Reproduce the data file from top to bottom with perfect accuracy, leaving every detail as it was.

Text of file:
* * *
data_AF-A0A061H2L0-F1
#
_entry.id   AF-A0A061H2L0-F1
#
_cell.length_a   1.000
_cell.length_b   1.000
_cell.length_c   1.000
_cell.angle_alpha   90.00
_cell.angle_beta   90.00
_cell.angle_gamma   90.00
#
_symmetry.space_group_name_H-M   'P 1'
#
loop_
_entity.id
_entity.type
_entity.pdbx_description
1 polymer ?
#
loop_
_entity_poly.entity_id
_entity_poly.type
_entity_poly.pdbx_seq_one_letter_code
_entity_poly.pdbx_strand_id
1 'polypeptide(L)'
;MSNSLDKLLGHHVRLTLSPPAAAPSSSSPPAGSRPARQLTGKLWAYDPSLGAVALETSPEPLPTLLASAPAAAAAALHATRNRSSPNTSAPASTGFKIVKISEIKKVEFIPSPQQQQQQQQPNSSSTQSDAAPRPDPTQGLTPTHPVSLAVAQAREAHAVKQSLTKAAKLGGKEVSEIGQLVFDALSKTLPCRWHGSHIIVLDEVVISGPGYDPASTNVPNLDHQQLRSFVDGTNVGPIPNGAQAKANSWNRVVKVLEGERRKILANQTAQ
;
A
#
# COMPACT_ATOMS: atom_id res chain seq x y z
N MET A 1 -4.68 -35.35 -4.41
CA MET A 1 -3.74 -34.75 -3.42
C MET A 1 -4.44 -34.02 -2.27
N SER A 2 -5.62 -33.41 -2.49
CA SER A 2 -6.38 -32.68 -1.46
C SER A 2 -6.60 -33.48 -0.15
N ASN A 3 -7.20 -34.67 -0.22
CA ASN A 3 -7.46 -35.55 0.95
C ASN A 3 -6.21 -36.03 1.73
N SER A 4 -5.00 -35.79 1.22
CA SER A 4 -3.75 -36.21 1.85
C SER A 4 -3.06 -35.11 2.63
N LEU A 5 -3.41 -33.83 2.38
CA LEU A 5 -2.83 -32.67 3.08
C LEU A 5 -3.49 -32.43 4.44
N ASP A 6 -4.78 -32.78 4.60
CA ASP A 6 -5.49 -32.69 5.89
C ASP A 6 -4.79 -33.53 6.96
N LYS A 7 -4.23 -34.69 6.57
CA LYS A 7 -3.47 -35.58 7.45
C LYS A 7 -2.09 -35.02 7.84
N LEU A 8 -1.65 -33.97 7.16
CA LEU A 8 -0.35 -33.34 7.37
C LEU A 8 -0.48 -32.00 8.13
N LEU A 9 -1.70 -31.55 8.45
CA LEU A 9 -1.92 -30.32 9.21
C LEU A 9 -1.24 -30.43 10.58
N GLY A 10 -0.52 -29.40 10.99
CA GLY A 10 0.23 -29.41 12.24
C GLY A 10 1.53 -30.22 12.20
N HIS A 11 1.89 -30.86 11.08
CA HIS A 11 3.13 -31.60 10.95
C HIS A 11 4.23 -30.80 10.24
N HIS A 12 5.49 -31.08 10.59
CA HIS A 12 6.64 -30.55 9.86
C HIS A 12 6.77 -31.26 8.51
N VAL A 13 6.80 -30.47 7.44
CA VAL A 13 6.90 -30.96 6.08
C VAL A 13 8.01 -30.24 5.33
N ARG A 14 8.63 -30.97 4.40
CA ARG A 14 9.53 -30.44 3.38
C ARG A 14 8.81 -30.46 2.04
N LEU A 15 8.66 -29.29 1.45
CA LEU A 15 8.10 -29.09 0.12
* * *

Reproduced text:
data_AF-A0A061H2L0-F1
#
_entry.id   AF-A0A061H2L0-F1
#
_cell.length_a   1.000
_cell.length_b   1.000
_cell.length_c   1.000
_cell.angle_alpha   90.00
_cell.angle_beta   90.00
_cell.angle_gamma   90.00
#
_symmetry.space_group_name_H-M   'P 1'
#
loop_
_entity.id
_entity.type
_entity.pdbx_description
1 polymer ?
#
loop_
_entity_poly.entity_id
_entity_poly.type
_entity_poly.pdbx_seq_one_letter_code
_entity_poly.pdbx_strand_id
1 'polypeptide(L)'
;MSNSLDKLLGHHVRLTLSPPAAAPSSSSPPAGSRPARQLTGKLWAYDPSLGAVALETSPEPLPTLLASAPAAAAAALHATRNRSSPNTSAPASTGFKIVKISEIKKVEFIPSPQQQQQQQQPNSSSTQSDAAPRPDPTQGLTPTHPVSLAVAQAREAHAVKQSLTKAAKLGGKEVSEIGQLVFDALSKTLPCRWHGSHIIVLDEVVISGPGYDPASTNVPNLDHQQLRSFVDGTNVGPIPNGAQAKANSWNRVVKVLEGERRKILANQTAQ
;
A
#
# COMPACT_ATOMS: atom_id res chain seq x y z
N MET A 1 -4.68 -35.35 -4.41
CA MET A 1 -3.74 -34.75 -3.42
C MET A 1 -4.44 -34.02 -2.27
N SER A 2 -5.62 -33.41 -2.49
CA SER A 2 -6.38 -32.68 -1.46
C SER A 2 -6.60 -33.48 -0.15
N ASN A 3 -7.20 -34.67 -0.22
CA ASN A 3 -7.46 -35.55 0.95
C ASN A 3 -6.21 -36.03 1.73
N SER A 4 -5.00 -35.79 1.22
CA SER A 4 -3.75 -36.21 1.85
C SER A 4 -3.06 -35.11 2.63
N LEU A 5 -3.41 -33.83 2.38
CA LEU A 5 -2.83 -32.67 3.08
C LEU A 5 -3.49 -32.43 4.44
N ASP A 6 -4.78 -32.78 4.60
CA ASP A 6 -5.49 -32.69 5.89
C ASP A 6 -4.79 -33.53 6.96
N LYS A 7 -4.23 -34.69 6.57
CA LYS A 7 -3.47 -35.58 7.45
C LYS A 7 -2.09 -35.02 7.84
N LEU A 8 -1.65 -33.97 7.16
CA LEU A 8 -0.35 -33.34 7.37
C LEU A 8 -0.48 -32.00 8.13
N LEU A 9 -1.70 -31.55 8.45
CA LEU A 9 -1.92 -30.32 9.21
C LEU A 9 -1.24 -30.43 10.58
N GLY A 10 -0.52 -29.40 10.99
CA GLY A 10 0.23 -29.41 12.24
C GLY A 10 1.53 -30.22 12.20
N HIS A 11 1.89 -30.86 11.08
CA HIS A 11 3.13 -31.60 10.95
C HIS A 11 4.23 -30.80 10.24
N HIS A 12 5.49 -31.08 10.59
CA HIS A 12 6.64 -30.55 9.86
C HIS A 12 6.77 -31.26 8.51
N VAL A 13 6.80 -30.47 7.44
CA VAL A 13 6.90 -30.96 6.08
C VAL A 13 8.01 -30.24 5.33
N ARG A 14 8.63 -30.97 4.40
CA ARG A 14 9.53 -30.44 3.38
C ARG A 14 8.81 -30.46 2.04
N LEU A 15 8.66 -29.29 1.45
CA LEU A 15 8.10 -29.09 0.12